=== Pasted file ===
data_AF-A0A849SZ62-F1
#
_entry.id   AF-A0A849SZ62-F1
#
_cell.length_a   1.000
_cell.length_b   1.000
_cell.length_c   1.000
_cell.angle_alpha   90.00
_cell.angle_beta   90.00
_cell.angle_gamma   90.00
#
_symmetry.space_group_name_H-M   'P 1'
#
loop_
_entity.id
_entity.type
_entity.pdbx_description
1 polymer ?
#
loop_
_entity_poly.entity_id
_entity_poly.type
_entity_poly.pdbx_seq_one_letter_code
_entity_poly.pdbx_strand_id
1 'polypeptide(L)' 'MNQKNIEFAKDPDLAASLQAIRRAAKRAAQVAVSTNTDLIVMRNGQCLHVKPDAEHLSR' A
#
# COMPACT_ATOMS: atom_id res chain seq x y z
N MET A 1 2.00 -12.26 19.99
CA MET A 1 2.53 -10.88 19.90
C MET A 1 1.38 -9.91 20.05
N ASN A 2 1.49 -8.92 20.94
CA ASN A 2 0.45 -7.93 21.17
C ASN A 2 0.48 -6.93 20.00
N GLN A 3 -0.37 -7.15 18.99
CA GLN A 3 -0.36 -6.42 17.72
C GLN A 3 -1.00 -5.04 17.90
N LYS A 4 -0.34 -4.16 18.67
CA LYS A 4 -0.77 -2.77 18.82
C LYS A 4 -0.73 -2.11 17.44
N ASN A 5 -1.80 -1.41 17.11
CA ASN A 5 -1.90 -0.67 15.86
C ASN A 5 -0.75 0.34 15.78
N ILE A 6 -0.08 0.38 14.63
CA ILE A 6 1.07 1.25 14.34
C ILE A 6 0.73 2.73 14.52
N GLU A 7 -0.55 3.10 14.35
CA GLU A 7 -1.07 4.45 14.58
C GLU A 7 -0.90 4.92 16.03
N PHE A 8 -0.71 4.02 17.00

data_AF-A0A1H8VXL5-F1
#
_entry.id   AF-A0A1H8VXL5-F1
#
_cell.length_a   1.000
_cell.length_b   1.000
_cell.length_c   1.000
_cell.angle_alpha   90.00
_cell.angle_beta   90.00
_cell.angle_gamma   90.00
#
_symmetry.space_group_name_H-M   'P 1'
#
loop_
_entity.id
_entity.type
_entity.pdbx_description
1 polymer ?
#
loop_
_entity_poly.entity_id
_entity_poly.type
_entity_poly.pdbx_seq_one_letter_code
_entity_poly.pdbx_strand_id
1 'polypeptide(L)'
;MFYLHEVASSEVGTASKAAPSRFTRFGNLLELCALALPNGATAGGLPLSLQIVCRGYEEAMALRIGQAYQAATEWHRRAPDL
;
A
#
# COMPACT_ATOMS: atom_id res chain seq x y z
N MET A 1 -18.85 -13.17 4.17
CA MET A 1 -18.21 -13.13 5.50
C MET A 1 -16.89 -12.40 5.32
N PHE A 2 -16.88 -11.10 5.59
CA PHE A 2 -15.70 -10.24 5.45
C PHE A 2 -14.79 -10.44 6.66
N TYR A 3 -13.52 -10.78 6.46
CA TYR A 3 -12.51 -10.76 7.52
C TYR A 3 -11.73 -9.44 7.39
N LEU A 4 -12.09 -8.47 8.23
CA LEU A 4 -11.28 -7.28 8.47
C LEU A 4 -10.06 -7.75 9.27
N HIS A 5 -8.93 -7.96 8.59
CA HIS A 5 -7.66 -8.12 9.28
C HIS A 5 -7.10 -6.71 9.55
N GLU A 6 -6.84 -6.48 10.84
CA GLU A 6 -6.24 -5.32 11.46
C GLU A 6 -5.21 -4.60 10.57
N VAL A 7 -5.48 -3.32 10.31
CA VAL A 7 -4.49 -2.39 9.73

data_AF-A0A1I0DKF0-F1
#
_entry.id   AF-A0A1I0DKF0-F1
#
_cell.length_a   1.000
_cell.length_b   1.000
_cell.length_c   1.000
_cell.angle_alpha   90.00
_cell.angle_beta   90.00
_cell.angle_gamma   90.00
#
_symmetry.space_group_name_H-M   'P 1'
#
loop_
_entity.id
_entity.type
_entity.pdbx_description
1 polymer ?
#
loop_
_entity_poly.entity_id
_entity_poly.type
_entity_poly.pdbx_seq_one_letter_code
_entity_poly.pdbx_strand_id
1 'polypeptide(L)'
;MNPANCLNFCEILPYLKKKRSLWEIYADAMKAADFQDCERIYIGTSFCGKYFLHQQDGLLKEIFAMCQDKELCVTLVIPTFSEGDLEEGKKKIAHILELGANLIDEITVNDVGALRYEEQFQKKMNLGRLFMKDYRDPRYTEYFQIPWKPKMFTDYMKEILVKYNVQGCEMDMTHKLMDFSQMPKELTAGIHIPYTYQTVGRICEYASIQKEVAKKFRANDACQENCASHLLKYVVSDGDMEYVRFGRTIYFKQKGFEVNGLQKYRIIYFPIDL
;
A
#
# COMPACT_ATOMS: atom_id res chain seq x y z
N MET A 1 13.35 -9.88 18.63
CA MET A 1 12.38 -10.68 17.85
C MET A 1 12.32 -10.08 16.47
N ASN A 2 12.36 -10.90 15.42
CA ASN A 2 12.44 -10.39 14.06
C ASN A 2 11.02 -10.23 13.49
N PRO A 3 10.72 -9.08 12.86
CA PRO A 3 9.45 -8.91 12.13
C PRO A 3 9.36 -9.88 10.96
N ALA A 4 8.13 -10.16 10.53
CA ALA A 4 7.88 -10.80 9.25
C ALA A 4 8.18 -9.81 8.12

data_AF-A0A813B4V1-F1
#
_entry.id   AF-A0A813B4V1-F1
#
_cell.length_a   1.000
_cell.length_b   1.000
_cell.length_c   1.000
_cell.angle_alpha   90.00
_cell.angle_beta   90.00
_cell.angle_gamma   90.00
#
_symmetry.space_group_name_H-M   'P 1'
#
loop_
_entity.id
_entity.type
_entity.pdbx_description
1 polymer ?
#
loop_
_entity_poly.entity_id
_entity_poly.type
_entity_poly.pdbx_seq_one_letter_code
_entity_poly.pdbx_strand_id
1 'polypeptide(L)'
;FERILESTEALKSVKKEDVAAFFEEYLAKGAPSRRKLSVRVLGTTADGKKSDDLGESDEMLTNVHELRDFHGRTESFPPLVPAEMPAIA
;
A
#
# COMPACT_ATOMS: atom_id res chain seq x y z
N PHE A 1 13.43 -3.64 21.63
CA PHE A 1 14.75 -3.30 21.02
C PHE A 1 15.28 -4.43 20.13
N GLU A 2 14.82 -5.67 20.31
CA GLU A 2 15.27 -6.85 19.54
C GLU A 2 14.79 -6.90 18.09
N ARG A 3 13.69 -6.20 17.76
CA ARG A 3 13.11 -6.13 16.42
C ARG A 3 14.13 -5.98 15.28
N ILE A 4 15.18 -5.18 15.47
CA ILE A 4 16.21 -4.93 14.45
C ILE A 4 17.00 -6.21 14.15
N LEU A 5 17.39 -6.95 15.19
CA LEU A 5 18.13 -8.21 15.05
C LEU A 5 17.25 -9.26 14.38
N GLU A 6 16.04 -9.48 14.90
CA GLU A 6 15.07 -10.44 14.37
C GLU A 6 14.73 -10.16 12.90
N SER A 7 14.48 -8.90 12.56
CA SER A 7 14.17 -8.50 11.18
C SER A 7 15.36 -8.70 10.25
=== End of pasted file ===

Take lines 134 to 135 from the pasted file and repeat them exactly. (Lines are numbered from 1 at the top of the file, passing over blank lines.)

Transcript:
CA ASN A 2 12.44 -10.39 14.06
C ASN A 2 11.02 -10.23 13.49